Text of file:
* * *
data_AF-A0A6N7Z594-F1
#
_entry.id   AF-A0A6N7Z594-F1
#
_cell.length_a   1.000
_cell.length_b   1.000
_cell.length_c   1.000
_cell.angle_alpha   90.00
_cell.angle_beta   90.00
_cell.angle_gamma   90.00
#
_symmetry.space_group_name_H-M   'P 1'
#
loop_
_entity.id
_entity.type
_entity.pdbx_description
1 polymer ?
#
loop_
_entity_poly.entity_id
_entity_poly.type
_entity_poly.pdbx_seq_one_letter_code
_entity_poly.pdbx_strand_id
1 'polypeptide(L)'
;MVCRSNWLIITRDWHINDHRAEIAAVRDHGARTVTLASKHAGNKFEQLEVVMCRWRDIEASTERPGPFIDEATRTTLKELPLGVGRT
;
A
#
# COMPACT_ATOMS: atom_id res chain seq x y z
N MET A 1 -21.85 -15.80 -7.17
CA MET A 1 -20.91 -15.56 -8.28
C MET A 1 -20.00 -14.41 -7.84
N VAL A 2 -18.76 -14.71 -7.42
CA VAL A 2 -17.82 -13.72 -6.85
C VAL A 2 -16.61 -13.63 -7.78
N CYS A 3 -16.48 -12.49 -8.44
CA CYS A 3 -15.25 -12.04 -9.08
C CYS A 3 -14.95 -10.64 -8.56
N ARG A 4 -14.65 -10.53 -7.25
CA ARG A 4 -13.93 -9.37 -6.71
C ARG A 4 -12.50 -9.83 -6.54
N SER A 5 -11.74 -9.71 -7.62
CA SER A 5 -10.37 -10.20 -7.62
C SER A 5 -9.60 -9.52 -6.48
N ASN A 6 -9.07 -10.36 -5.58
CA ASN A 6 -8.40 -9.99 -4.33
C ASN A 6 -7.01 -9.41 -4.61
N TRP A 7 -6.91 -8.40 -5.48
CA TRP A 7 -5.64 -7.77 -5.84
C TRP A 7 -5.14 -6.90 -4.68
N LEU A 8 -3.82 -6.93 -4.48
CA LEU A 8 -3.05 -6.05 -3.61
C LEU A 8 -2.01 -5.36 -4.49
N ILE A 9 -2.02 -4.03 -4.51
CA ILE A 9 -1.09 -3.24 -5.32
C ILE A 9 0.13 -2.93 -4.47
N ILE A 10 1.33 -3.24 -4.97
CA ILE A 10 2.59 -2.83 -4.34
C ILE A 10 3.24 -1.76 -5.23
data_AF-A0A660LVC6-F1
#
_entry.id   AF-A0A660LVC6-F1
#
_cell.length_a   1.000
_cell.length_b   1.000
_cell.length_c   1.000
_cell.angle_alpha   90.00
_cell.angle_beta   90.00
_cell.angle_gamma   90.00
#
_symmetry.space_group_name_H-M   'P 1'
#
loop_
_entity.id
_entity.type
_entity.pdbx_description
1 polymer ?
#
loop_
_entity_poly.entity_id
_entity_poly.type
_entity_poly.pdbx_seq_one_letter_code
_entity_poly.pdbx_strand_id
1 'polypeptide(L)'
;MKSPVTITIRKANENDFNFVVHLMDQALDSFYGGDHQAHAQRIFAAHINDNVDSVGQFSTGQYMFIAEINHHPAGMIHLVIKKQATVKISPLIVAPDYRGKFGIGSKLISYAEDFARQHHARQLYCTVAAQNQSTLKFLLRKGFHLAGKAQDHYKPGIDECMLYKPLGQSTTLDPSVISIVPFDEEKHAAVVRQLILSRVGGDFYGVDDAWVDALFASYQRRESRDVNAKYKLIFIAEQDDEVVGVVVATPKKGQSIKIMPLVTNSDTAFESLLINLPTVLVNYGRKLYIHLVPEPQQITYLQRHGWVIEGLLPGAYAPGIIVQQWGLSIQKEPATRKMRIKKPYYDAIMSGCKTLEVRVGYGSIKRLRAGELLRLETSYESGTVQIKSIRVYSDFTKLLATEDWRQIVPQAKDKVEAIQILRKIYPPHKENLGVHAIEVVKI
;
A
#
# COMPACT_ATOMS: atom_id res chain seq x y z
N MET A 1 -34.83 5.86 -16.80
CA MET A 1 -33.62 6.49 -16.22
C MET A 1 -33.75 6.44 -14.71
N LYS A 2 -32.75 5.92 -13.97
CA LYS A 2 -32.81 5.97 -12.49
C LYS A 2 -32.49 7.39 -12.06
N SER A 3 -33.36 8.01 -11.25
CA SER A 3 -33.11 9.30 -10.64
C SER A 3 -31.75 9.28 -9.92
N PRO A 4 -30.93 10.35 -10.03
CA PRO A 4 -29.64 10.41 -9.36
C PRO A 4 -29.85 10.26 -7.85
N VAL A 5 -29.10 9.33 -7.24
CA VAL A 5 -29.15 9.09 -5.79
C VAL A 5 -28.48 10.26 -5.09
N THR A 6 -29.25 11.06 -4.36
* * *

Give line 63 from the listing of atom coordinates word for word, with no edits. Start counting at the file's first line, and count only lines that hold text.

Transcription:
_entry.id   AF-A0A660LVC6-F1